from the Book of Games of Alfonso X, 13th century
In 711AD medieval Spain was invaded by armies from the Muslim world. These invaders would rule the region for the next several hundred years, build lasting monuments and leaving an unmistakable influence on the culture of Europe in the area of science, medicine, literature and music. Among these invaders were Arabs, Berbers (in their variable ancestries) and black Africans. Collectively they would be called Moors by Europeans.
Originally from the Latin Mauri referring to North African ethnic groups in the Maghreb, the term became associated with the words "swarthy or dark." In medieval Europe it came to represent Muslim through the derivation Moor. And it was used interchangeably with "arabe" or "musulman" despite one's racial or ethnic identity. Thus the historiography shows that the term Moor has varied meanings that have changed over time.
Caught up in the role of blacks in Islamic Spain is the term Berber, the population of North Africa who likely made up the bulk of the non-Iberian converted Islamic forces. These peoples of the Maghreb, who refer to themselves collectively as Amazigh, are often distinguished from "sub-Saharan" Africans, and linked to Mediterranean populations, and noted for "exotic" features such as red hair and green eyes. Contesting this, Afrocentric writers, like James Brunson and Runoko Rashidi, have postulated that Berbers are originally black and that lighter skinned "tawny" Moors are the product of centuries of European slaves entering the region. The truth may be more nuanced than both views
Nomadic Berbers, modern day
As early as pharaonic Egypt, depictions of the people of the Maghreb have varied, from brown-skinned to lighter. And Roman writers of Classical times speak to a population that is at best fluid in make-up. Today the Amazigh are the majority population of North Africa, in such countries as Tunisia, Morocco and Algeria. But some, who still live a nomadic existence, also bear the name Amazigh as far as the Sahel in Mali and Niger. It may be in the end that Amazigh is a linguistic rather than "racial" term, and reflect a wide variety of peoples who have been influenced by interactions with groups to their North and South.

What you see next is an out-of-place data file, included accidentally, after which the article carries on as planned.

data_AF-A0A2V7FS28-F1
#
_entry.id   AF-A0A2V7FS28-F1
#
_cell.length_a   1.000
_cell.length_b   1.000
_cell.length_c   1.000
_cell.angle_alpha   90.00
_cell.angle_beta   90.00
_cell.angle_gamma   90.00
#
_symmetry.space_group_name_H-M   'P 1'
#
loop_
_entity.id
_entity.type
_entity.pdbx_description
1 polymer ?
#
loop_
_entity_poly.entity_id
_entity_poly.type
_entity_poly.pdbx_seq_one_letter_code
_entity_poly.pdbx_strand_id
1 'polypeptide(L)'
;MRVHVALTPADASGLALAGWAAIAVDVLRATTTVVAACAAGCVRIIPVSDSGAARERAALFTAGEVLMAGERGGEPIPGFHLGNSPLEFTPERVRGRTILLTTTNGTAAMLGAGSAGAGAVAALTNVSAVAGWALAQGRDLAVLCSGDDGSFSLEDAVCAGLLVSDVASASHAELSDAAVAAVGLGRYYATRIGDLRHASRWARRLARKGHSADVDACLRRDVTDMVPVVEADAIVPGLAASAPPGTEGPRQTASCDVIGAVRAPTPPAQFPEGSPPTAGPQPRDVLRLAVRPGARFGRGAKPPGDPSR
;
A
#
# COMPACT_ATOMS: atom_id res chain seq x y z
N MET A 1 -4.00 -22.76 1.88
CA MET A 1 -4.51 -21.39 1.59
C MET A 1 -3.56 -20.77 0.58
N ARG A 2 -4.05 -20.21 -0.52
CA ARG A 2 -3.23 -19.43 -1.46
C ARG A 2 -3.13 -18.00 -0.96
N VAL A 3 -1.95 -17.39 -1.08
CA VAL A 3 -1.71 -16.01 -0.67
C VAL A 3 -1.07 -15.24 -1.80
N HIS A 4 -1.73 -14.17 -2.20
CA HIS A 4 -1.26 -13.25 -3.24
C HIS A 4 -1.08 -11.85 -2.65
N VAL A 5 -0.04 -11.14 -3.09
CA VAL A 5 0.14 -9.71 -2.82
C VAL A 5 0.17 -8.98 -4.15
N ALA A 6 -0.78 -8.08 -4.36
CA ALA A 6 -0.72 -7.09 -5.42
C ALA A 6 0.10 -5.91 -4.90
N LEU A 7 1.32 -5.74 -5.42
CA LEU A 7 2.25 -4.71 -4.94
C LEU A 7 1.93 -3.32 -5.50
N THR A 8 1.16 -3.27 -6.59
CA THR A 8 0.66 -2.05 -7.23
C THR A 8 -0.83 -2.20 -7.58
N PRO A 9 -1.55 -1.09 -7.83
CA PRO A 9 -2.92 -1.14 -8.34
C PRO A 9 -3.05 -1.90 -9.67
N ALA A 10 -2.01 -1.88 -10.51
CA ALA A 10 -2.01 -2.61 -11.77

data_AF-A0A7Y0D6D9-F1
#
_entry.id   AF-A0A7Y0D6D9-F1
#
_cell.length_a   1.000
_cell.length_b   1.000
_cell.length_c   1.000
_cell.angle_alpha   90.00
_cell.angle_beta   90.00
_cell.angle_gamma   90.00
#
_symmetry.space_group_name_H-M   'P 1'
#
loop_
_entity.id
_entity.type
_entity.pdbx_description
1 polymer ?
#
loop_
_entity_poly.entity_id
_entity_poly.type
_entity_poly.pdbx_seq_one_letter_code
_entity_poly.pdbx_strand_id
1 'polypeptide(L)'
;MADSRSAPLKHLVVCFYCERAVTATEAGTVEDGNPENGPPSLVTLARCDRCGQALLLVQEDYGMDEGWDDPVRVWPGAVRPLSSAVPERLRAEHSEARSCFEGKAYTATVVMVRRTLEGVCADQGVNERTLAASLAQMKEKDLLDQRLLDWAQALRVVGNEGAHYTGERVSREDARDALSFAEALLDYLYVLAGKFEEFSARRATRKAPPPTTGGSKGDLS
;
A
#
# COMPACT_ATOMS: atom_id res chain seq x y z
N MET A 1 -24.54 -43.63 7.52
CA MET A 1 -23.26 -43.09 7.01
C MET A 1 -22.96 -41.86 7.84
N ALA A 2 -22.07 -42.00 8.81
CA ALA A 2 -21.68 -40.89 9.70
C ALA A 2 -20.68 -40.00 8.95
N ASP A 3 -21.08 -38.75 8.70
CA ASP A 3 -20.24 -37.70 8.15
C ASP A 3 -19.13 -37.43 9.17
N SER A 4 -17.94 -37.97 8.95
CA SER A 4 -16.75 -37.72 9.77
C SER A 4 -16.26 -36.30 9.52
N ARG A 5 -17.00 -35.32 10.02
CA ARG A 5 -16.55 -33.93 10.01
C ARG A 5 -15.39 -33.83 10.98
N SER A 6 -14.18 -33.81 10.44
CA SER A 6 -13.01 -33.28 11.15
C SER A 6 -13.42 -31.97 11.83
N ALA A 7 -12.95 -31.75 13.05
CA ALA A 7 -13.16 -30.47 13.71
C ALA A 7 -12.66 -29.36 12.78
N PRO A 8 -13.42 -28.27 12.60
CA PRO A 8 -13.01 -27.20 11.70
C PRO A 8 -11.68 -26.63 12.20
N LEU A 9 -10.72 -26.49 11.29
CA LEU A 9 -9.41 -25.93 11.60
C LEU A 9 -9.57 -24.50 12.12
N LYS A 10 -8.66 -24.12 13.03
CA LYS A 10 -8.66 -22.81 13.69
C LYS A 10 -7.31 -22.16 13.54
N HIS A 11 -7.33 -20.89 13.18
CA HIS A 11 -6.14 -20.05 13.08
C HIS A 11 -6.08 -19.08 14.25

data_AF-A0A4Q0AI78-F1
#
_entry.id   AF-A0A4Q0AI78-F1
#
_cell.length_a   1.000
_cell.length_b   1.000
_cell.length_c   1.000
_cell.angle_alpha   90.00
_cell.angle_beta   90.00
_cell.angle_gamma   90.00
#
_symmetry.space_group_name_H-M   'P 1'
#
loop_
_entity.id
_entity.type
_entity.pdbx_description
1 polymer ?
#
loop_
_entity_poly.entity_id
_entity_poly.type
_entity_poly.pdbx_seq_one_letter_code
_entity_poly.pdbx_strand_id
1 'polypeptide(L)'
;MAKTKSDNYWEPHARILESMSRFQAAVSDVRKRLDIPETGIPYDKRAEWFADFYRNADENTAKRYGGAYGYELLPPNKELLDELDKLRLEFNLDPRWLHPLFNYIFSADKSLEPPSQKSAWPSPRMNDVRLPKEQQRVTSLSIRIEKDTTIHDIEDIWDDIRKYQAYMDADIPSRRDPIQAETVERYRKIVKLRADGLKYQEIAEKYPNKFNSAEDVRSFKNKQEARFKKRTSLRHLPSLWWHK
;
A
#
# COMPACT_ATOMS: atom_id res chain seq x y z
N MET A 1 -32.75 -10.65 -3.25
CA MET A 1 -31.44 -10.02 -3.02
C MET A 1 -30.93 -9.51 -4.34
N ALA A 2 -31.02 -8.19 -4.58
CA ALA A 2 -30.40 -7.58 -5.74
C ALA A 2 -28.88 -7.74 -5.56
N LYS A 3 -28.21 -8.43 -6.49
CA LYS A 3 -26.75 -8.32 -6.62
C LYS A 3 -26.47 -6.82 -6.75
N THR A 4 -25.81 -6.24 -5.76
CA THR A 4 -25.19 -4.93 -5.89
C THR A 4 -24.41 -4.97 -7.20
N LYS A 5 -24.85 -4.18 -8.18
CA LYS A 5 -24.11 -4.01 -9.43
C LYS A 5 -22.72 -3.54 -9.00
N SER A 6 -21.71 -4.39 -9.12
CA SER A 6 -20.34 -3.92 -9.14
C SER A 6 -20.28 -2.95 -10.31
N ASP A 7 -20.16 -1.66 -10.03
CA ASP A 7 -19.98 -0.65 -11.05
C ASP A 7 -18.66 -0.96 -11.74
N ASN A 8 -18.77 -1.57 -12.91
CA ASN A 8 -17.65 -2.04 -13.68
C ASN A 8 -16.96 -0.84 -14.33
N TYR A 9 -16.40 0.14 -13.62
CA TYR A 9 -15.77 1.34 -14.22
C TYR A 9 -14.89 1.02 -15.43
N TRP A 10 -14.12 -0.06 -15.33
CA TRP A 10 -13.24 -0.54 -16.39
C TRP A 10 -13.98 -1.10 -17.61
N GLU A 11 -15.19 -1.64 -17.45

Within modern historical annals, the roles most assigned to blacks in Muslim Spain by writers are that of soldier and slave. Most modern writers associate the one word agreed upon to mean black, Sudanese, with the word slave. Michael Brett in The Moors writes that blacks were imported over the years as slaves from the western and central Sudan, and employed as servants and soldiers as well as concubines." Note, Sudan here refers not to the modern day nation-state, but parts of West Africa.
Other historians offer more complex descriptions of these slave soldiers. Michael O'Callaghan in his work, "A History of Medieval Spain" remarks that slavery within the Muslim world afforded movement along the social ladder regardless of one's status. O'Callaghan gives us a little more insight, remarking that the Umayyad dynasty ruler Al-Hakam "recruited a large bodyguard of Negroes."
O'Callaghan also mentions accounts of "mounted Negro archers wearing white capes," who proved valuable in Islamic Spain's constant warfare with itself and Christian Europeans. O'Callaghan states, "A corps of professional soldiers paid regular wages proved to be a more valuable instrument of war. Al-Hakam I was the first to recruit large numbers of mercenaries, including Berbers and Sudanese Negroes. Although many of the guardsmen were slaves and freedmen, they came to enjoy an exceptional political and military importance."